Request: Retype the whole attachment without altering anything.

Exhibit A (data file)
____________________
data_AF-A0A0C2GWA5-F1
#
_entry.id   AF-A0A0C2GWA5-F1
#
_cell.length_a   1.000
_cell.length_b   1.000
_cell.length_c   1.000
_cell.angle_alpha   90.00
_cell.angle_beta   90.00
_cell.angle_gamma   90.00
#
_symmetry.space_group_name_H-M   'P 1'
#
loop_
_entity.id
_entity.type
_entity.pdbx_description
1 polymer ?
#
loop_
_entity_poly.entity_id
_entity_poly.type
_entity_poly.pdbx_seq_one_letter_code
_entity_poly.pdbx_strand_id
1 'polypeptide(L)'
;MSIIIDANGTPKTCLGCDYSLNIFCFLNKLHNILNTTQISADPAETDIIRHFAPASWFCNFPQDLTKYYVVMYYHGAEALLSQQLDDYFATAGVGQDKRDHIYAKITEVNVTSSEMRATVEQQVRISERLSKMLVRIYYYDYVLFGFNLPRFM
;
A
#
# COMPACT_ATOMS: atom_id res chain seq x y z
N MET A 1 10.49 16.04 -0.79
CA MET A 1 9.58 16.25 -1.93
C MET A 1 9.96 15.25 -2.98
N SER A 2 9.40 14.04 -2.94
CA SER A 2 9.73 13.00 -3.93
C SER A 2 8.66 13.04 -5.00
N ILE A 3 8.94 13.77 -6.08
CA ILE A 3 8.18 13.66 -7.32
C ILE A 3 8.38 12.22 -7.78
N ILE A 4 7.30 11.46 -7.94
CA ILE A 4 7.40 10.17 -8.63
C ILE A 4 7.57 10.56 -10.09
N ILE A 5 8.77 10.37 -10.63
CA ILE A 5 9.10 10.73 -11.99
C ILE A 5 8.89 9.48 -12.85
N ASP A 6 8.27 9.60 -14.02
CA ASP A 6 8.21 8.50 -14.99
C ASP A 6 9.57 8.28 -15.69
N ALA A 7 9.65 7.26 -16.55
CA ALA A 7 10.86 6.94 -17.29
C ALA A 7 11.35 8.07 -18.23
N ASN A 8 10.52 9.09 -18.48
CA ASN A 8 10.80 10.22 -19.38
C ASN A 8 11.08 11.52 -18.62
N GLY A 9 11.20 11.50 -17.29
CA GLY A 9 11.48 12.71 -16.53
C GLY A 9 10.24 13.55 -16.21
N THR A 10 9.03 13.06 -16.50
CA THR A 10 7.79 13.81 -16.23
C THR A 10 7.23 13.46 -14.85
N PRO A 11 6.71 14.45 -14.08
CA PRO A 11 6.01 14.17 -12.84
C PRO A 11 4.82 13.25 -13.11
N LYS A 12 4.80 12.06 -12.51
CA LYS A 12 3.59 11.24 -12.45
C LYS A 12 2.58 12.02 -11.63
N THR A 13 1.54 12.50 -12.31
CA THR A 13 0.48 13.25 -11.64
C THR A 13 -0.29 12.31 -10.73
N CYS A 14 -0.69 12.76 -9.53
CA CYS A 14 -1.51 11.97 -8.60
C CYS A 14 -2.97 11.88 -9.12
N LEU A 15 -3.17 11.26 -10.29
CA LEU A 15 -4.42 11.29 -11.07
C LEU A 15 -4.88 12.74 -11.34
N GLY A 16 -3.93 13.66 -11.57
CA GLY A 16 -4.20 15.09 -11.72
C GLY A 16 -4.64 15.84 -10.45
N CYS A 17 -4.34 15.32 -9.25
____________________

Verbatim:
data_AF-A0A0C2GWA5-F1
#
_entry.id   AF-A0A0C2GWA5-F1
#
_cell.length_a   1.000
_cell.length_b   1.000
_cell.length_c   1.000
_cell.angle_alpha   90.00
_cell.angle_beta   90.00
_cell.angle_gamma   90.00
#
_symmetry.space_group_name_H-M   'P 1'
#
loop_
_entity.id
_entity.type
_entity.pdbx_description
1 polymer ?
#
loop_
_entity_poly.entity_id
_entity_poly.type
_entity_poly.pdbx_seq_one_letter_code
_entity_poly.pdbx_strand_id
1 'polypeptide(L)'
;MSIIIDANGTPKTCLGCDYSLNIFCFLNKLHNILNTTQISADPAETDIIRHFAPASWFCNFPQDLTKYYVVMYYHGAEALLSQQLDDYFATAGVGQDKRDHIYAKITEVNVTSSEMRATVEQQVRISERLSKMLVRIYYYDYVLFGFNLPRFM
;
A
#
# COMPACT_ATOMS: atom_id res chain seq x y z
N MET A 1 10.49 16.04 -0.79
CA MET A 1 9.58 16.25 -1.93
C MET A 1 9.96 15.25 -2.98
N SER A 2 9.40 14.04 -2.94
CA SER A 2 9.73 13.00 -3.93
C SER A 2 8.66 13.04 -5.00
N ILE A 3 8.94 13.77 -6.08
CA ILE A 3 8.18 13.66 -7.32
C ILE A 3 8.38 12.22 -7.78
N ILE A 4 7.30 11.46 -7.94
CA ILE A 4 7.40 10.17 -8.63
C ILE A 4 7.57 10.56 -10.09
N ILE A 5 8.77 10.37 -10.63
CA ILE A 5 9.10 10.73 -11.99
C ILE A 5 8.89 9.48 -12.85
N ASP A 6 8.27 9.60 -14.02
CA ASP A 6 8.21 8.50 -14.99
C ASP A 6 9.57 8.28 -15.69
N ALA A 7 9.65 7.26 -16.55
CA ALA A 7 10.86 6.94 -17.29
C ALA A 7 11.35 8.07 -18.23
N ASN A 8 10.52 9.09 -18.48
CA ASN A 8 10.80 10.22 -19.38
C ASN A 8 11.08 11.52 -18.62
N GLY A 9 11.20 11.50 -17.29
CA GLY A 9 11.48 12.71 -16.53
C GLY A 9 10.24 13.55 -16.21
N THR A 10 9.03 13.06 -16.50
CA THR A 10 7.79 13.81 -16.23
C THR A 10 7.23 13.46 -14.85
N PRO A 11 6.71 14.45 -14.08
CA PRO A 11 6.01 14.17 -12.84
C PRO A 11 4.82 13.25 -13.11
N LYS A 12 4.80 12.06 -12.51
CA LYS A 12 3.59 11.24 -12.45
C LYS A 12 2.58 12.02 -11.63
N THR A 13 1.54 12.50 -12.31
CA THR A 13 0.48 13.25 -11.64
C THR A 13 -0.29 12.31 -10.73
N CYS A 14 -0.69 12.76 -9.53
CA CYS A 14 -1.51 11.97 -8.60
C CYS A 14 -2.97 11.88 -9.12
N LEU A 15 -3.17 11.26 -10.29
CA LEU A 15 -4.42 11.29 -11.07
C LEU A 15 -4.88 12.74 -11.34
N GLY A 16 -3.93 13.66 -11.57
CA GLY A 16 -4.20 15.09 -11.72
C GLY A 16 -4.64 15.84 -10.45
N CYS A 17 -4.34 15.32 -9.25